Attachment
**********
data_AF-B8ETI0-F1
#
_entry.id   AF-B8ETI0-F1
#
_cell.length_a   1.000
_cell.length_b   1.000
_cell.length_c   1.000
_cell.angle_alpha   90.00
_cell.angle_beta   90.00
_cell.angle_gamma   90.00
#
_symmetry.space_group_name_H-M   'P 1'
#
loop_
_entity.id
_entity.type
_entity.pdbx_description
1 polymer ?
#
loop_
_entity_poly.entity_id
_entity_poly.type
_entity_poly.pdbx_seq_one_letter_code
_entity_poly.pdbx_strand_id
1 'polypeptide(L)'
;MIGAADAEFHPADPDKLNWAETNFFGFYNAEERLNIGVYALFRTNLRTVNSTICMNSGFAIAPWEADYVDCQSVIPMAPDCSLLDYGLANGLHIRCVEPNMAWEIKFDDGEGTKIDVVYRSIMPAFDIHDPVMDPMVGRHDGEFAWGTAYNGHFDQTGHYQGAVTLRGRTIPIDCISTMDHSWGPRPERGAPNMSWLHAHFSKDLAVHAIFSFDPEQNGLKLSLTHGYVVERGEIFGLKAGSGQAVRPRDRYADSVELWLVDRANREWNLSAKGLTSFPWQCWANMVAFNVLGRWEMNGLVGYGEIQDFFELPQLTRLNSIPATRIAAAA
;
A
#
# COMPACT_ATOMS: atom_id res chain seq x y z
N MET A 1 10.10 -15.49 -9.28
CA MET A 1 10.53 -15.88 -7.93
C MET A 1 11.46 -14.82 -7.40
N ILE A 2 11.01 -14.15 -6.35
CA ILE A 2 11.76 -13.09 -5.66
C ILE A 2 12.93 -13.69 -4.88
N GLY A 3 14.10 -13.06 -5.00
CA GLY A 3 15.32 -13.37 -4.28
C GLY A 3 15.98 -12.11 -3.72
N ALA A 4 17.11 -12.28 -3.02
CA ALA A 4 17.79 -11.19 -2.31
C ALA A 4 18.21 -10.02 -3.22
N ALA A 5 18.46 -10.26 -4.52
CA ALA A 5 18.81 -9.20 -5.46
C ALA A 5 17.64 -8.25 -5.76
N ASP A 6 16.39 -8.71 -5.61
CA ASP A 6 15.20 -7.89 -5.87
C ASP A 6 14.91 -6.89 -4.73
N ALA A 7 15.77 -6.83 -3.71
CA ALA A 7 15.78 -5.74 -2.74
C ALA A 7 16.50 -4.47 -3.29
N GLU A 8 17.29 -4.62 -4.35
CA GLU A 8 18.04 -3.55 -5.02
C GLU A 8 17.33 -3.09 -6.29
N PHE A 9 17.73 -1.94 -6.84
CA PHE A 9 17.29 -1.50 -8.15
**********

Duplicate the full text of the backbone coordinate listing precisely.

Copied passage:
data_AF-B8ETI0-F1
#
_entry.id   AF-B8ETI0-F1
#
_cell.length_a   1.000
_cell.length_b   1.000
_cell.length_c   1.000
_cell.angle_alpha   90.00
_cell.angle_beta   90.00
_cell.angle_gamma   90.00
#
_symmetry.space_group_name_H-M   'P 1'
#
loop_
_entity.id
_entity.type
_entity.pdbx_description
1 polymer ?
#
loop_
_entity_poly.entity_id
_entity_poly.type
_entity_poly.pdbx_seq_one_letter_code
_entity_poly.pdbx_strand_id
1 'polypeptide(L)'
;MIGAADAEFHPADPDKLNWAETNFFGFYNAEERLNIGVYALFRTNLRTVNSTICMNSGFAIAPWEADYVDCQSVIPMAPDCSLLDYGLANGLHIRCVEPNMAWEIKFDDGEGTKIDVVYRSIMPAFDIHDPVMDPMVGRHDGEFAWGTAYNGHFDQTGHYQGAVTLRGRTIPIDCISTMDHSWGPRPERGAPNMSWLHAHFSKDLAVHAIFSFDPEQNGLKLSLTHGYVVERGEIFGLKAGSGQAVRPRDRYADSVELWLVDRANREWNLSAKGLTSFPWQCWANMVAFNVLGRWEMNGLVGYGEIQDFFELPQLTRLNSIPATRIAAAA
;
A
#
# COMPACT_ATOMS: atom_id res chain seq x y z
N MET A 1 10.10 -15.49 -9.28
CA MET A 1 10.53 -15.88 -7.93
C MET A 1 11.46 -14.82 -7.40
N ILE A 2 11.01 -14.15 -6.35
CA ILE A 2 11.76 -13.09 -5.66
C ILE A 2 12.93 -13.69 -4.88
N GLY A 3 14.10 -13.06 -5.00
CA GLY A 3 15.32 -13.37 -4.28
C GLY A 3 15.98 -12.11 -3.72
N ALA A 4 17.11 -12.28 -3.02
CA ALA A 4 17.79 -11.19 -2.31
C ALA A 4 18.21 -10.02 -3.22
N ALA A 5 18.46 -10.26 -4.52
CA ALA A 5 18.81 -9.20 -5.46
C ALA A 5 17.64 -8.25 -5.76
N ASP A 6 16.39 -8.71 -5.61
CA ASP A 6 15.20 -7.89 -5.87
C ASP A 6 14.91 -6.89 -4.73
N ALA A 7 15.77 -6.83 -3.71
CA ALA A 7 15.78 -5.74 -2.74
C ALA A 7 16.50 -4.47 -3.29
N GLU A 8 17.29 -4.62 -4.35
CA GLU A 8 18.04 -3.55 -5.02
C GLU A 8 17.33 -3.09 -6.29
N PHE A 9 17.73 -1.94 -6.84
CA PHE A 9 17.29 -1.50 -8.15